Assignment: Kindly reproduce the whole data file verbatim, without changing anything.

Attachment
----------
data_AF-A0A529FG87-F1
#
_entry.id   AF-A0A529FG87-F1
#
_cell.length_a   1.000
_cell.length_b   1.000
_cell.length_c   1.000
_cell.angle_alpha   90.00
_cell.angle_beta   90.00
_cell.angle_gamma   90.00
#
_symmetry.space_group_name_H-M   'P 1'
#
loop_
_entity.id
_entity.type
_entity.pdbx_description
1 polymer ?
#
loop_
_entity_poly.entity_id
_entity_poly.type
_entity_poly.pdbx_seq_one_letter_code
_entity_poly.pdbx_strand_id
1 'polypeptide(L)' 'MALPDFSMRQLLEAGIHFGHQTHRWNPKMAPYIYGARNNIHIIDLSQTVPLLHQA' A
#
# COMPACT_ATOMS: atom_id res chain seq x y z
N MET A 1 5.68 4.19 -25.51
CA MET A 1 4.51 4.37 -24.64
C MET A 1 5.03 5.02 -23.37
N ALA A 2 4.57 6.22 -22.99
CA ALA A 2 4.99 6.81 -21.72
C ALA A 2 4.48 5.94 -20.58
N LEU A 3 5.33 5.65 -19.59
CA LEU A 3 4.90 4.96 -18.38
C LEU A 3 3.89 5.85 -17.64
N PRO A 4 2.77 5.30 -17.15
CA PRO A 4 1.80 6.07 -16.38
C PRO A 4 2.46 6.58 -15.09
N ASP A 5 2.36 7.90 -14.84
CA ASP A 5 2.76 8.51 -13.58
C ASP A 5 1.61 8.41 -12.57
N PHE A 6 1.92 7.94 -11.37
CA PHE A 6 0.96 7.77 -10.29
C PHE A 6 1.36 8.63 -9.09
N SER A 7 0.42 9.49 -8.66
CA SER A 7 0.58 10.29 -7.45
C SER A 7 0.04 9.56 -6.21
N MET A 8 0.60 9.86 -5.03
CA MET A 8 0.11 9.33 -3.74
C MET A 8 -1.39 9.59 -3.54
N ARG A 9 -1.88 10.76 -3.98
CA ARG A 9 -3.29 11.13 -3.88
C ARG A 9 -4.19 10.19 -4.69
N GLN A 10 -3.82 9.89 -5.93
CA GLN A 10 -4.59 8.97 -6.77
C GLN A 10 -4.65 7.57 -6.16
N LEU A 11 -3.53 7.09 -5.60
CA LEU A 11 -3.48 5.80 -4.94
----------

data_AF-A0A529FG87-F1
#
_entry.id   AF-A0A529FG87-F1
#
_cell.length_a   1.000
_cell.length_b   1.000
_cell.length_c   1.000
_cell.angle_alpha   90.00
_cell.angle_beta   90.00
_cell.angle_gamma   90.00
#
_symmetry.space_group_name_H-M   'P 1'
#
loop_
_entity.id
_entity.type
_entity.pdbx_description
1 polymer ?
#
loop_
_entity_poly.entity_id
_entity_poly.type
_entity_poly.pdbx_seq_one_letter_code
_entity_poly.pdbx_strand_id
1 'polypeptide(L)' 'MALPDFSMRQLLEAGIHFGHQTHRWNPKMAPYIYGARNNIHIIDLSQTVPLLHQA' A
#
# COMPACT_ATOMS: atom_id res chain seq x y z
N MET A 1 5.68 4.19 -25.51
CA MET A 1 4.51 4.37 -24.64
C MET A 1 5.03 5.02 -23.37
N ALA A 2 4.57 6.22 -22.99
CA ALA A 2 4.99 6.81 -21.72
C ALA A 2 4.48 5.94 -20.58
N LEU A 3 5.33 5.65 -19.59
CA LEU A 3 4.90 4.96 -18.38
C LEU A 3 3.89 5.85 -17.64
N PRO A 4 2.77 5.30 -17.15
CA PRO A 4 1.80 6.07 -16.38
C PRO A 4 2.46 6.58 -15.09
N ASP A 5 2.36 7.90 -14.84
CA ASP A 5 2.76 8.51 -13.58
C ASP A 5 1.61 8.41 -12.57
N PHE A 6 1.92 7.94 -11.37
CA PHE A 6 0.96 7.77 -10.29
C PHE A 6 1.36 8.63 -9.09
N SER A 7 0.42 9.49 -8.66
CA SER A 7 0.58 10.29 -7.45
C SER A 7 0.04 9.56 -6.21
N MET A 8 0.60 9.86 -5.03
CA MET A 8 0.11 9.33 -3.74
C MET A 8 -1.39 9.59 -3.54
N ARG A 9 -1.88 10.76 -3.98
CA ARG A 9 -3.29 11.13 -3.88
C ARG A 9 -4.19 10.19 -4.69
N GLN A 10 -3.82 9.89 -5.93
CA GLN A 10 -4.59 8.97 -6.77
C GLN A 10 -4.65 7.57 -6.16
N LEU A 11 -3.53 7.09 -5.60
CA LEU A 11 -3.48 5.80 -4.94